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Acc Chem Res. 2009 Dec 21;42(12):1871-80. doi: 10.1021/ar900117k.

Structures and energetics for O2 formation in photosystem II.

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Department of Physics, ALBA NOVA, Stockholm University, SE-106 91 Stockholm, Sweden.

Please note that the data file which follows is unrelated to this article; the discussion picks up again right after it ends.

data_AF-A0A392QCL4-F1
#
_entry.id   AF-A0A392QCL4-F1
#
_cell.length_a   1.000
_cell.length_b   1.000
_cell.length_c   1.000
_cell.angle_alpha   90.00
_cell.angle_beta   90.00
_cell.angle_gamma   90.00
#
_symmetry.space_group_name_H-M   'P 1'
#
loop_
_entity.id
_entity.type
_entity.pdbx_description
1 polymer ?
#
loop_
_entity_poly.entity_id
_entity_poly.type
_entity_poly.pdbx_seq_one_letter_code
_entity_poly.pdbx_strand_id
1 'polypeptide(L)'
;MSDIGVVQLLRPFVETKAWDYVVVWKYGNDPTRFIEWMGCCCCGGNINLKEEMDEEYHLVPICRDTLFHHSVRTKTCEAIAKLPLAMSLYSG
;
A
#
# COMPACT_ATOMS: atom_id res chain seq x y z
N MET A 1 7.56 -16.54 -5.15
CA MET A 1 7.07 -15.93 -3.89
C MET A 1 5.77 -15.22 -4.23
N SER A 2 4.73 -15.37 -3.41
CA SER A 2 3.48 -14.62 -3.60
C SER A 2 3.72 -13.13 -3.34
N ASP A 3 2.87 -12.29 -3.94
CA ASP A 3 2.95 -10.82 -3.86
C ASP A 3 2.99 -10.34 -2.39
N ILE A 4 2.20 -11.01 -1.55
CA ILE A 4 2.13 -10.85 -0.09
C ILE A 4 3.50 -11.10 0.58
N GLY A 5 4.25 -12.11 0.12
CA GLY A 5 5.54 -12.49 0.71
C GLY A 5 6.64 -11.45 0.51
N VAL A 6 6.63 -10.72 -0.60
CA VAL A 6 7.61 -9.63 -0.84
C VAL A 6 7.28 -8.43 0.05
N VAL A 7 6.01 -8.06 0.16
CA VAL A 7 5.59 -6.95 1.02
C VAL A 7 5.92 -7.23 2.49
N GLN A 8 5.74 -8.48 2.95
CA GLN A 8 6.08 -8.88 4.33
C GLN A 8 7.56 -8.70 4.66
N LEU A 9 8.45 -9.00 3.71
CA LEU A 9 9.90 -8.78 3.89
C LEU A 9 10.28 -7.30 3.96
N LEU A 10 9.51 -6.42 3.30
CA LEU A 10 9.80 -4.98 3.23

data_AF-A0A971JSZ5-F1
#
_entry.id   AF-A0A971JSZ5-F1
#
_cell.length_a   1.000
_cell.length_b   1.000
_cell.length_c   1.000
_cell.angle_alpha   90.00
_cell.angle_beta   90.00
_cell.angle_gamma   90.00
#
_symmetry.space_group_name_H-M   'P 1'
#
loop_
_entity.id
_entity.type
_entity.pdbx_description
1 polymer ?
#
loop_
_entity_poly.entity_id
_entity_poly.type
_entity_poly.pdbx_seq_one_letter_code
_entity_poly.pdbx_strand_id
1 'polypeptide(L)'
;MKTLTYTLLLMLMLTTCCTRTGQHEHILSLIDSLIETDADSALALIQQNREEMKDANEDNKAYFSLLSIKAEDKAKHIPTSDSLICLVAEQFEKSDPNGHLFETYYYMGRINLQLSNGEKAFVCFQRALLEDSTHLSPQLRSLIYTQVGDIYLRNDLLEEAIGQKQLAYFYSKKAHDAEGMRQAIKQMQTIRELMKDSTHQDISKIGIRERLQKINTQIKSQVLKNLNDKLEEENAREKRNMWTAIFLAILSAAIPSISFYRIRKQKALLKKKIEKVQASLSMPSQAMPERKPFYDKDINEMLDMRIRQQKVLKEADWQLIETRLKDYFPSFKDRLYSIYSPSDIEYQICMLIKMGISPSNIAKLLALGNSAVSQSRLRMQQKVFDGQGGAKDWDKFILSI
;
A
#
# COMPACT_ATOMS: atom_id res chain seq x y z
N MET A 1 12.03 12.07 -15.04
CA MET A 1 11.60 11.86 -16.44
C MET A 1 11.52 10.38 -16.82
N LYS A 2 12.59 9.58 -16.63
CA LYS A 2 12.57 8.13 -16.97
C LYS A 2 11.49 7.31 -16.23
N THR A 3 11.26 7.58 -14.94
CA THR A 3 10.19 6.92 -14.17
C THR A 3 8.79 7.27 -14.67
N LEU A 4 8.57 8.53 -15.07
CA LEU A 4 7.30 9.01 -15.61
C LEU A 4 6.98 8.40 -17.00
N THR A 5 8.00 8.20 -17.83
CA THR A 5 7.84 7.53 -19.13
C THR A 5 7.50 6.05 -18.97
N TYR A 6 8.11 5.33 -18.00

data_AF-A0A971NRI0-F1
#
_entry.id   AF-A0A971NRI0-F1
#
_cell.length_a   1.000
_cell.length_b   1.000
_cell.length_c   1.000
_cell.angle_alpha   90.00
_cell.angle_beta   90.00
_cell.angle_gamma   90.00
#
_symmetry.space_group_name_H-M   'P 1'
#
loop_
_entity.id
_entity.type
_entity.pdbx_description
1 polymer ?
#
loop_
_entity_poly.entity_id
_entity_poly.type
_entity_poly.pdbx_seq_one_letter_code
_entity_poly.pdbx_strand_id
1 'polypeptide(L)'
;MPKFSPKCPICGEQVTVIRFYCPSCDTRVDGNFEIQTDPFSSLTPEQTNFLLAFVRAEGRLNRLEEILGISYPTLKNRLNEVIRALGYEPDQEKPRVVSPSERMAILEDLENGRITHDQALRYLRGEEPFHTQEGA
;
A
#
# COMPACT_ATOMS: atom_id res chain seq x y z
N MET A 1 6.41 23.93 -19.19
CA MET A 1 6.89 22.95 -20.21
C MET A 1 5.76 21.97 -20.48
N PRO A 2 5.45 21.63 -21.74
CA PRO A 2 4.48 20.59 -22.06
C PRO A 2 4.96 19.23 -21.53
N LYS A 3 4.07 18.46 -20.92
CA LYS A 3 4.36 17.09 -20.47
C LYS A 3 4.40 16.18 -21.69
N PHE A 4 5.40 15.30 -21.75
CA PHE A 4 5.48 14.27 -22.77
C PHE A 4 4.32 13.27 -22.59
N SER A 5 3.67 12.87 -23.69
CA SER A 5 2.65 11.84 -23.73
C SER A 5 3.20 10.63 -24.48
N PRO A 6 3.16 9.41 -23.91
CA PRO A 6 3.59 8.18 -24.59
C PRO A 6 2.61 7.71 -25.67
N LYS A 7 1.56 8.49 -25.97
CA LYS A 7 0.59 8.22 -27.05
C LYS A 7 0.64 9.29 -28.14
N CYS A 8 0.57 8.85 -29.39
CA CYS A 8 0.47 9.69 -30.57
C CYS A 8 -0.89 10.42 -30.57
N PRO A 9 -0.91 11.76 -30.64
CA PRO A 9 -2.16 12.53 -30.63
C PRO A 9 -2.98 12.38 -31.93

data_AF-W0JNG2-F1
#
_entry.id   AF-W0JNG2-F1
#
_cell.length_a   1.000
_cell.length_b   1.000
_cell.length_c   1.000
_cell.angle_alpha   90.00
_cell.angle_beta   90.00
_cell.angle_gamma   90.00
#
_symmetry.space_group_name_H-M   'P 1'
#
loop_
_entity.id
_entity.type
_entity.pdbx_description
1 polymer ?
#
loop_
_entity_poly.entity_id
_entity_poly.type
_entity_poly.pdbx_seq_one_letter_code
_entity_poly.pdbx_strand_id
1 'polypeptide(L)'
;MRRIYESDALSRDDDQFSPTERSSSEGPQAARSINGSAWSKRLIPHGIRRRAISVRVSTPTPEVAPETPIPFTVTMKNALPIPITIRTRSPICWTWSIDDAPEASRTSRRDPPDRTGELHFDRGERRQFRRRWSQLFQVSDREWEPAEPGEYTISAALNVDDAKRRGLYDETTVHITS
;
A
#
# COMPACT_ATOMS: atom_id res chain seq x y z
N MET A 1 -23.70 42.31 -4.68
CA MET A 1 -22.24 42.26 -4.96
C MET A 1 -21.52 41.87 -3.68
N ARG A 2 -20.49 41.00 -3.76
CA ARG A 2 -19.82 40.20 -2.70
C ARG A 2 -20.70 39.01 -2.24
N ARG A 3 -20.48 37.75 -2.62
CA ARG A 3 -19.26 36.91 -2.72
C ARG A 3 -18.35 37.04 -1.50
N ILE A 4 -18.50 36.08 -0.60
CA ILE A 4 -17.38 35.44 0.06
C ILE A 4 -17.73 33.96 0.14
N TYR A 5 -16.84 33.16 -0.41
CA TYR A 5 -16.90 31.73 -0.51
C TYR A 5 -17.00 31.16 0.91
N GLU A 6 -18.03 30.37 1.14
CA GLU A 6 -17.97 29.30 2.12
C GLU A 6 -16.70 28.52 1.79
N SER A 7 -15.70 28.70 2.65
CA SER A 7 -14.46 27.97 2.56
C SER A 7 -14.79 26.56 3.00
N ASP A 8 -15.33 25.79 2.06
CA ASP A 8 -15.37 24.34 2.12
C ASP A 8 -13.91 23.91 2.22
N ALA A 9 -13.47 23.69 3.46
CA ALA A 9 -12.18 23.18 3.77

Water oxidation, forming O(2) from water and sunlight, is a fundamental process for life on earth. In nature, the enzyme photosystem II (PSII) catalyzes this reaction. The oxygen evolving complex (OEC), the complex within PSII that catalyzes the actual formation of the O-O bond, contains four manganese atoms and one calcium atom connected by oxo bonds. Seven amino acid side chains in the structure, mostly carboxylates, are ligated to the metal atoms. In the study of many enzyme mechanisms, theoretical modeling using density functional theory has served as an indispensable tool. This Account summarizes theoretical research to elucidate the mechanism for water oxidation in photosynthesis, including the most recent findings. The development of successively larger models, ranging from 50 atoms in the active site up to the present model size of 170 atoms, has revealed the mechanism of O(2) formation with increasing detail. The X-ray crystal structures of PSII have provided a framework for optimizing the theoretical models. By constraint of the backbone atoms to be at the same positions as those in the X-ray structures, the theoretical structures are in good agreement with both the measured electron density and extended X-ray absorption fine structure (EXAFS) interpretations. By following the structural and energetic changes in those structures through the different steps in the catalytic process, we have modeled the oxidation of the catalytic complex, the binding of the two substrate water molecules, and the subsequent deprotonations of those substrate molecules. In these models, the OEC forms a basin into which the water molecules naturally fit. These findings demonstrate that the binding of the second water molecule causes a reconstruction, results that are consistent with earlier EXAFS measurements. Most importantly, this Account describes a low-barrier mechanism for formation of the O-O bond, involving an oxygen radical that reacts with a mu-oxo ligand of the OEC. Further research revealed that the oxygen radical is bound in the Mn(3)Ca cube rather than to the outside manganese. This Account provides detailed diagrams of the energetics of the different S-transitions both without and with a membrane gradient. An interesting detail of these reactions concerns the role of the tyrosine (Tyr(Z)), which appears as an intermediate radical in the oxidation of the OEC. By simple electrostatic arguments, these results show that the initial oxidation of Tyr(Z) is downhill for the first two transitions but uphill for the final ones. In these later transitions, the oxidation of the OEC is coupled to deprotonations of water.

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